Sep 26

You should see Lunchbox Theatre’s ‘Book Club II: The Next Chapter’

by Jenna Shummoogum · 0 comments

Book Club premiered at Lunchbox Theatre back in 2016 and was such a hit for the company that they are kicking off their season with Book Club II: The Next Chapter, with the original cast. The next chapter explores the bond that these women share and how they lean on each other while they navigate life challenges. The play is a honest look at women and how they try to balance the needs of their families with their own. It is compelling, relatable, and damn funny in parts, while telling an incredibly human story.

The play opens to Barry (Curt McKinstry) in his house kicking back with a beer and ribs. He hears his wife Lisa (Cheryl Hutton) coming so he stashes the ribs and starts folding laundry in hopes that they are clean. They talk while their children bathe and Lisa’s book club comes up where they discuss how it should really be a wine club because they don’t actually read a book. To close up the scene, something arises in their marriage that creates a lot of conflict which Lisa carries with her on her girls weekend with her book club.

We spin to the next scene in a hotel room where Ellen (Anna Cummer) is first to arrive so she puts on rubber gloves and removes and replaces the comforter and pillows with her own that she brought from home. Kathy (Kira Bradley) and Jenny (Arielle Rombough) come in with chips and wine, gleeful to be childfree for the weekend. Lisa comes in like a storm, not wanting to talk about what happened when her friends prompt her about it, wanting to drink and dance her problems away. But she finds out that sometimes you can take that a little too far.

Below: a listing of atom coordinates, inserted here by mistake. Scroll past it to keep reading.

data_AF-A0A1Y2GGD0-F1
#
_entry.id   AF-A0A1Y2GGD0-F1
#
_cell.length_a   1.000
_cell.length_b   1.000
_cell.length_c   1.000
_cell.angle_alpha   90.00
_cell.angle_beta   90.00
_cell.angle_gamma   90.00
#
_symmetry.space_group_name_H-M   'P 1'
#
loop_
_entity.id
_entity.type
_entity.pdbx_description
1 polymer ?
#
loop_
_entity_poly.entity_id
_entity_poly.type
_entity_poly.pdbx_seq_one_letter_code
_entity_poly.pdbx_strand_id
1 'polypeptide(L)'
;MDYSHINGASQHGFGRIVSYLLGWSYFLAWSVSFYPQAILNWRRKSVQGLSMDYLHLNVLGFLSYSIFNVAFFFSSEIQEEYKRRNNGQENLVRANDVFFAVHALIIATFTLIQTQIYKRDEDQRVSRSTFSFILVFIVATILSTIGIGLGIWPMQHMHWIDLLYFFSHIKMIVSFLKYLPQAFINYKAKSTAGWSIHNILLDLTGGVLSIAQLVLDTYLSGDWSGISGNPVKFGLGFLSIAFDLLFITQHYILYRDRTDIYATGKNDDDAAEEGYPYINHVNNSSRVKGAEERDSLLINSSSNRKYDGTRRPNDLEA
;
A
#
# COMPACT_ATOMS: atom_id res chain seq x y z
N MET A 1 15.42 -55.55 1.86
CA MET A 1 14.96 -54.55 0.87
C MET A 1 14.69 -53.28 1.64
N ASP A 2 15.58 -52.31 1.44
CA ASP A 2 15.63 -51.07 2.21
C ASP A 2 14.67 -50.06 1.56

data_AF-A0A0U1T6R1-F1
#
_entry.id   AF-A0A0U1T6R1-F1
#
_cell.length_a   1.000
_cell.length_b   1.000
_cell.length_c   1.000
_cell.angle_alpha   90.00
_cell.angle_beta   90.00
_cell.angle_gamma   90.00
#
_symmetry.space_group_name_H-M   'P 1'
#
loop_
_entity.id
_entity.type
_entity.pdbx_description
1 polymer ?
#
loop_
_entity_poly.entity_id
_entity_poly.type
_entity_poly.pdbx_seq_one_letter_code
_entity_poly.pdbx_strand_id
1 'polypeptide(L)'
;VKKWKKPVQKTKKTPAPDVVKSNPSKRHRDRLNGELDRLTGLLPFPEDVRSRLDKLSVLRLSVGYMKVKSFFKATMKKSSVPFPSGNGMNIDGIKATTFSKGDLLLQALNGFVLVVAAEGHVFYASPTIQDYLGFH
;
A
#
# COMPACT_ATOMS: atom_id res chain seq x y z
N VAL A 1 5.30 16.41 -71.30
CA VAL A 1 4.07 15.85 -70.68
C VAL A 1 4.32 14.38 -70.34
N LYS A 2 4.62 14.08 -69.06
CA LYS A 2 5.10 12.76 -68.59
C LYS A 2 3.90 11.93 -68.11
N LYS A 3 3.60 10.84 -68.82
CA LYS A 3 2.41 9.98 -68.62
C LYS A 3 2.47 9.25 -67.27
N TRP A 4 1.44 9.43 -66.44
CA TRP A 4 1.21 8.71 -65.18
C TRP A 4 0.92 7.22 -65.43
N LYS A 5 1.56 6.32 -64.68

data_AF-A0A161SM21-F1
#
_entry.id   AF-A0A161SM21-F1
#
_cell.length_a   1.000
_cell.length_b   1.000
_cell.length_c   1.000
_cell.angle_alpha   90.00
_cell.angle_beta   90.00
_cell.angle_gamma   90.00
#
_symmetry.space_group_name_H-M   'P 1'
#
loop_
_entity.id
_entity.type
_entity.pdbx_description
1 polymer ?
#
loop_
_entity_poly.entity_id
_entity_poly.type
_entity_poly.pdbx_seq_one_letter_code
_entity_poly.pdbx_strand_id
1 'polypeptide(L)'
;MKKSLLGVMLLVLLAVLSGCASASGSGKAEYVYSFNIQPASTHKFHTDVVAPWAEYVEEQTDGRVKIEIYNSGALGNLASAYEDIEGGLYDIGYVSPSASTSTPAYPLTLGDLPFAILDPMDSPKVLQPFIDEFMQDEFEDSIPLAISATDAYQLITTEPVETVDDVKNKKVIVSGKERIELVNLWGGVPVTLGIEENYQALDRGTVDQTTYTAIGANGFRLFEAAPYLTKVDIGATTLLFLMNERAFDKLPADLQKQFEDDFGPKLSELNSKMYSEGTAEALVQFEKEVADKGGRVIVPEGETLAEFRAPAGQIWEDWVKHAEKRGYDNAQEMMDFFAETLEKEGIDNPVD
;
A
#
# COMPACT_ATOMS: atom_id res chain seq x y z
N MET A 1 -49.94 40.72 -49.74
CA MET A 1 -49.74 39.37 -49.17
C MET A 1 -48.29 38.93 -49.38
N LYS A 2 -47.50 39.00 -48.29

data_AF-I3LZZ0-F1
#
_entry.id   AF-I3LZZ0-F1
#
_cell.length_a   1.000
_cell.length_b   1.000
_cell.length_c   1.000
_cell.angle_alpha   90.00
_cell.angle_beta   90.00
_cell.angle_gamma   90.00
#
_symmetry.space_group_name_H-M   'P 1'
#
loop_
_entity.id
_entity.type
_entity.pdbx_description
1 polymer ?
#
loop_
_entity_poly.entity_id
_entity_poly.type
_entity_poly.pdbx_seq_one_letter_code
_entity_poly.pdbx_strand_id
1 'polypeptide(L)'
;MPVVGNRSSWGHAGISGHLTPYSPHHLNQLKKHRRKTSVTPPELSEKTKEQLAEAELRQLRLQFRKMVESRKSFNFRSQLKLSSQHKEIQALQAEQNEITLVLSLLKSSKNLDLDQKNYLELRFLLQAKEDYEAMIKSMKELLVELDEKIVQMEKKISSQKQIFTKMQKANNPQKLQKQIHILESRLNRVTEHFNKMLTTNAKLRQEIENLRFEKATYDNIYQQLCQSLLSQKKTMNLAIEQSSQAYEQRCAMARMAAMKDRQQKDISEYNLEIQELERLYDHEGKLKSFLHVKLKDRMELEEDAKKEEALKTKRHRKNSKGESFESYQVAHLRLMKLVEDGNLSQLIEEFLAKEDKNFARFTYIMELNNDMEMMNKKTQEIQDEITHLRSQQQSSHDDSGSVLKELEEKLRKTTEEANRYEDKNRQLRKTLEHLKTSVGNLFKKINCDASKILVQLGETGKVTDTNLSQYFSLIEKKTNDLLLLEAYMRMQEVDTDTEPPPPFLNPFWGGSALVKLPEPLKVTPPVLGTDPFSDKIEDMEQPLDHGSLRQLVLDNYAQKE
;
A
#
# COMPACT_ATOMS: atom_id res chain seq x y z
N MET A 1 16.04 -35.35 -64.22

What makes Book Club II feel like you are a fly on the wall of these women’s lives is that the actresses (and actor) bring such vulnerability to their characters. Lisa and Barry go through very real stages of conflict and McKinstry and Hutton explore the layers of their characters. Playwright Meredith Taylor-Parry gives the cast some great lines and portrays the way each partner in the marriage communicates with stunning accuracy. Cummer is the high strung, clean freak Ellen right down to the pitch of her voice and Bradley puts a comedic twist on the new mom Kathy. Rombough balances the cast as Jenny, bringing everyone together.

Lunchbox Theatre and set designer Terry Gunvordahl took a page from Theatre Calgary by having a spinning set on stage. Except unlike Theatre Calgary, Lunchbox’s stage doesn’t have a built in rotating stage, so the cast spins it themselves. It works though, and allows for a complete change of set when the story changes location. Allison Lynch’s sound design captures the themes of the play especially in song choice when the cast is on the dance floor.

Book Club II isn’t without its moments that seem far fetched. When the women talk about a fight that Ellen had with her husband, they talk about it as if they were all there at the same time, which seems unlikely. When Barry come to talk to Lisa she chastises him and punishes him and he just takes it. It seems more likely that he would just walk away, because he knows that she’s not perfect in their marriage either and he likely wouldn’t have much grace as he does in that moment. He also shows more vulnerability then she does, as he tells her why he acted the way he did. She doesn’t really address what drove her behaviour in their marriage.

But these are all aspects that director Shari Wattling ties up and keeps moving. Book Club II: The Next Chapter is a chapter worth seeing.

Lunchbox Theatre’s Book Club II: The Next Chapter runs until October 7th. More information is available online.

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